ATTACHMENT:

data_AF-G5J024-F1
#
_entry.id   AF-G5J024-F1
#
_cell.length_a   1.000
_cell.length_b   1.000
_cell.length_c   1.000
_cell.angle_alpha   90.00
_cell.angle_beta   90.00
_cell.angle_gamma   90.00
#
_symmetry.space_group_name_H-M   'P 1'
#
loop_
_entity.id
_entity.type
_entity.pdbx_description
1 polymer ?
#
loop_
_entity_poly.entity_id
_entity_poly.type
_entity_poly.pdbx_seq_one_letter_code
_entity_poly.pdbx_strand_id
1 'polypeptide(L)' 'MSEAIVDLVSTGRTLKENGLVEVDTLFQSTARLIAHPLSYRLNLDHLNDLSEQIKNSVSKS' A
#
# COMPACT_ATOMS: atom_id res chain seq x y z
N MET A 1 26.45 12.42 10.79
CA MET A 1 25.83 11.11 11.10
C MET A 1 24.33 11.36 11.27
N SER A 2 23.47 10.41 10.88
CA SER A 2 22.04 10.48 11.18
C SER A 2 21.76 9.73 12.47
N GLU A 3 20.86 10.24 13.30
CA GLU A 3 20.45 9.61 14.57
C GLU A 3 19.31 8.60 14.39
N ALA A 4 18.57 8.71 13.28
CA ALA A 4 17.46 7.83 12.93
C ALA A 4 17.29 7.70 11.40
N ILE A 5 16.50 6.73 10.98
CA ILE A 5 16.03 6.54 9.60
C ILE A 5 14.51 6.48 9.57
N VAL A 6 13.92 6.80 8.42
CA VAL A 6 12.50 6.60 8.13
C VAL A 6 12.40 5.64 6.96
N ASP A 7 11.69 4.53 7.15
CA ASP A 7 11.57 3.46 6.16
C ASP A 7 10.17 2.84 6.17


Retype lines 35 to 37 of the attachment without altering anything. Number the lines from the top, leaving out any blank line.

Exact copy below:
CA GLU A 3 20.45 9.61 14.57
C GLU A 3 19.31 8.60 14.39
N ALA A 4 18.57 8.71 13.28